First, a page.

The Squatter and the Don: A Novel Descriptive of Contemporary Occurrences in California
"Problems of the land, squatter, and railroad interests in Alameda County, San Francisco, Los Angeles, and San Diego"--Baird & Greenwood.
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Alamar Alice asked Attorney better blush California Carlota cattle Central Pacific Central Pacific Railroad Charles Gunther Clar Clarence Clarence's Congress Darrell Darrell's Don Mariano Dona Josefa Elvira Everett exclaimed eyes father feel felt fence followed friends Gabriel Gasbang gentlemen George girls give glad Gunther hands hear heard heart Holman hope horses Hughes kill kiss knew ladies land laughing Lizzie look mamma marry Mathews matter mother never Pacific Railroad painful papa Peter Roper phaeton Pittikin poor rancho replied Robert Gunther Romeo Rosario San Diego San Diego County San Francisco seemed Selden settlers silent sister smiling soon squatters steamer suppose sure sweet talk Tano tell Texas Pacific thing thought Tisha told Tom Scott took vaqueros Victoriano wait walked wife William Darrell wish young
Page 48 - The one great principle of the English law is to make business for itself. There is no other principle distinctly, certainly, and consistently maintained through all its narrow turnings. Viewed by this light it becomes a coherent scheme and not the monstrous maze the laity are apt to think it.
Page 202 - Universe, and will also work there, for good or for evil, openly or secretly, throughout all time. But the life of every man is as the wellspring of a stream, whose small beginnings are indeed plain to all, but whose ulterior course and destination, as it winds through the expanses of infinite years, only the Omniscient can discern.
Page 353 - It was not Bonaparte's fault. He did all that in him lay to live and thrive without moral principle. It was the nature of things, the eternal law of man and of the world which baulked and ruined him ; and the result, in a million experiments, will be the same. Every experiment, by multitudes or by individuals, that has a sensual and selfish aim,' will fail. The pacific Fourier will be as inefficient as the pernicious Napoleon.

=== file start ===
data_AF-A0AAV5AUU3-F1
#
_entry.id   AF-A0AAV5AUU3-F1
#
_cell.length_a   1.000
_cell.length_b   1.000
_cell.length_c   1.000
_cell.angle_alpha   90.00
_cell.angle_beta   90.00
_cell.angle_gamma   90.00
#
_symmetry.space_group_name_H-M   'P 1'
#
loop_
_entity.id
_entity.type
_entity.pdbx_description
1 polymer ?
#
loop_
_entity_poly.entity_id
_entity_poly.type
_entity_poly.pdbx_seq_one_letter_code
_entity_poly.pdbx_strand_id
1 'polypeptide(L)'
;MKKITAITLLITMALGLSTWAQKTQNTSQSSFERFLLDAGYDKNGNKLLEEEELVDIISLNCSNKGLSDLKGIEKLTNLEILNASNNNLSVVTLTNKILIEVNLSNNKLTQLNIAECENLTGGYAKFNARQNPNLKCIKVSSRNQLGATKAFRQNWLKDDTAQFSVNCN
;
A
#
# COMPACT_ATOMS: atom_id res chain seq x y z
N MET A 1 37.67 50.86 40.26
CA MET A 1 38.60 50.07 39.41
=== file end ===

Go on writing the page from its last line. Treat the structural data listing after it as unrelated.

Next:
Page 48 - Board, as well as the courts, were to be governed by the treaty of Guadalupe Hidalgo, the law of nations, the laws, usages and customs of the government from which the claim was derived...
Page 106 - You know that I have loved you from the first moment I saw you; when I lifted you in my arms.
Page 276 - I think the best thing for you to do is to go to bed. Tomorrow your father will see Clarence. That is George's advice, and I think it is good...
Page 203 - An act to aid in the construction of a railroad and telegraph line from the Missouri river to the Pacific Ocean, and to secure to the government the use of the same for postal, military, and other purposes, approved July first, eighteen hundred and sixty-two,' approved July second, eighteen hundred and sixty-four.
Page 160 - It ought to have been sufficient that by the Treaty of Guadalupe Hidalgo . . . the nation's honor was pledged to respect our property. The treaty said that our rights would be the same as those enjoyed by all other American citizens. The [government] never thought of that. With very unbecoming haste, Congress hurried to pass laws to legalize their despoliation of the conquered Californians, forgetting the nation's pledge to protect us
Page 215 - Central Pacific Railroad Company." (209) Conflating the contemporaneous plights of the South and Mexican California, a Californio supporter and lobbyist in Washington DC concludes: There never can be any better argument in favor of the Texas Pacific than are now plain to everybody. So, then, if in the face of all these powerful considerations Congress turns its back and will not hear the wail of the prostrate South, or the impassionate appeals of California, now, now, when there is not one solitary...
Page 53 - When the suspicious squatters jocosely announce that they "don't want any cattle" because they "ain't no 'vaquero to go 'busquering [searching] around and lassoing cattle" (94), the Don's tone becomes desperate. "All I want to do is to save the few cattle I have left. I am willing to quit-claim to you the land you have taken, and give you cattle to begin the stock business, and all I ask you in return is to put a fence around whatever land you wish to cultivate, so that my cattle cannot go in there